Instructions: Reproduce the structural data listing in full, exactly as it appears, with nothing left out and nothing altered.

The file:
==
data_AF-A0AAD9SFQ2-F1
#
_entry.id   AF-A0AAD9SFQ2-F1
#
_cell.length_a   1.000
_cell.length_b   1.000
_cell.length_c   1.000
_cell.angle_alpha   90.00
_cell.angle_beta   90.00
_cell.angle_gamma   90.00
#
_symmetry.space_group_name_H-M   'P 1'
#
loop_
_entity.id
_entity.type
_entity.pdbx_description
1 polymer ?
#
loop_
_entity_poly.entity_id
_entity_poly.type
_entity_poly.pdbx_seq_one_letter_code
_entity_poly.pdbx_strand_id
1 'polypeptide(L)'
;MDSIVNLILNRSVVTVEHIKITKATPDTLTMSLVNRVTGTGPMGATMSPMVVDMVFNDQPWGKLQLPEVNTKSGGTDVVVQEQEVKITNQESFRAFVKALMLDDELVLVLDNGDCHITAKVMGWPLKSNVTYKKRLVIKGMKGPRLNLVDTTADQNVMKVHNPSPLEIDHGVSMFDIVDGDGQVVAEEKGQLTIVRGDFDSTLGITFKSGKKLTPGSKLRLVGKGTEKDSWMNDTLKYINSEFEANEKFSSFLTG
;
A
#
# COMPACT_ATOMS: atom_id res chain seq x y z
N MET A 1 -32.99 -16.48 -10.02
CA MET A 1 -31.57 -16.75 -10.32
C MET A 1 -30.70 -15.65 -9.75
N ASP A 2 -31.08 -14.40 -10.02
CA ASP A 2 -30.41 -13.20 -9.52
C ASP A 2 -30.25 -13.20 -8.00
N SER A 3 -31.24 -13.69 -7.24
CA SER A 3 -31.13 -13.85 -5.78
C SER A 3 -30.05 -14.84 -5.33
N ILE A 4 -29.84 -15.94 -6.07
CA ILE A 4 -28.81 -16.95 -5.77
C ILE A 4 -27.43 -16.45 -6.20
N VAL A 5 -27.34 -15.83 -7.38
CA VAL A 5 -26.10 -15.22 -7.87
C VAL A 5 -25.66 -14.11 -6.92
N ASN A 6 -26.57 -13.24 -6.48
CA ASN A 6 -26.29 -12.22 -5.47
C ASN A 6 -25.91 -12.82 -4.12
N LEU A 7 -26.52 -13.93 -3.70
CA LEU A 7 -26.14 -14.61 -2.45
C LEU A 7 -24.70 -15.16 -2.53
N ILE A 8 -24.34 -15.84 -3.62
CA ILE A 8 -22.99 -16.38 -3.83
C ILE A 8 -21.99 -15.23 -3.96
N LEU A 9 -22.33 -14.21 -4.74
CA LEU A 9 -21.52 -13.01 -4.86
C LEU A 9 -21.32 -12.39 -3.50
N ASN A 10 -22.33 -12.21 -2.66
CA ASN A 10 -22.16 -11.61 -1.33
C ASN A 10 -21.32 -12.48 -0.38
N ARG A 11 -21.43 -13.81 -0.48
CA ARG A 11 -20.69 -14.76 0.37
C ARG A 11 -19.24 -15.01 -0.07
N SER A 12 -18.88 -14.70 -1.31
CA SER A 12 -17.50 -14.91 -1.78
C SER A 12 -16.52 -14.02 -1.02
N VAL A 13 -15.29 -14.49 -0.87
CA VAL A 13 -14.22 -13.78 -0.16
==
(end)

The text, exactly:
data_AF-A0AAD9SFQ2-F1
#
_entry.id   AF-A0AAD9SFQ2-F1
#
_cell.length_a   1.000
_cell.length_b   1.000
_cell.length_c   1.000
_cell.angle_alpha   90.00
_cell.angle_beta   90.00
_cell.angle_gamma   90.00
#
_symmetry.space_group_name_H-M   'P 1'
#
loop_
_entity.id
_entity.type
_entity.pdbx_description
1 polymer ?
#
loop_
_entity_poly.entity_id
_entity_poly.type
_entity_poly.pdbx_seq_one_letter_code
_entity_poly.pdbx_strand_id
1 'polypeptide(L)'
;MDSIVNLILNRSVVTVEHIKITKATPDTLTMSLVNRVTGTGPMGATMSPMVVDMVFNDQPWGKLQLPEVNTKSGGTDVVVQEQEVKITNQESFRAFVKALMLDDELVLVLDNGDCHITAKVMGWPLKSNVTYKKRLVIKGMKGPRLNLVDTTADQNVMKVHNPSPLEIDHGVSMFDIVDGDGQVVAEEKGQLTIVRGDFDSTLGITFKSGKKLTPGSKLRLVGKGTEKDSWMNDTLKYINSEFEANEKFSSFLTG
;
A
#
# COMPACT_ATOMS: atom_id res chain seq x y z
N MET A 1 -32.99 -16.48 -10.02
CA MET A 1 -31.57 -16.75 -10.32
C MET A 1 -30.70 -15.65 -9.75
N ASP A 2 -31.08 -14.40 -10.02
CA ASP A 2 -30.41 -13.20 -9.52
C ASP A 2 -30.25 -13.20 -8.00
N SER A 3 -31.24 -13.69 -7.24
CA SER A 3 -31.13 -13.85 -5.78
C SER A 3 -30.05 -14.84 -5.33
N ILE A 4 -29.84 -15.94 -6.07
CA ILE A 4 -28.81 -16.95 -5.77
C ILE A 4 -27.43 -16.45 -6.20
N VAL A 5 -27.34 -15.83 -7.38
CA VAL A 5 -26.10 -15.22 -7.87
C VAL A 5 -25.66 -14.11 -6.92
N ASN A 6 -26.57 -13.24 -6.48
CA ASN A 6 -26.29 -12.22 -5.47
C ASN A 6 -25.91 -12.82 -4.12
N LEU A 7 -26.52 -13.93 -3.70
CA LEU A 7 -26.14 -14.61 -2.45
C LEU A 7 -24.70 -15.16 -2.53
N ILE A 8 -24.34 -15.84 -3.62
CA ILE A 8 -22.99 -16.38 -3.83
C ILE A 8 -21.99 -15.23 -3.96
N LEU A 9 -22.33 -14.21 -4.74
CA LEU A 9 -21.52 -13.01 -4.86
C LEU A 9 -21.32 -12.39 -3.50
N ASN A 10 -22.33 -12.21 -2.66
CA ASN A 10 -22.16 -11.61 -1.33
C ASN A 10 -21.32 -12.48 -0.38
N ARG A 11 -21.43 -13.81 -0.48
CA ARG A 11 -20.69 -14.76 0.37
C ARG A 11 -19.24 -15.01 -0.07
N SER A 12 -18.88 -14.70 -1.31
CA SER A 12 -17.50 -14.91 -1.78
C SER A 12 -16.52 -14.02 -1.02
N VAL A 13 -15.29 -14.49 -0.87
CA VAL A 13 -14.22 -13.78 -0.16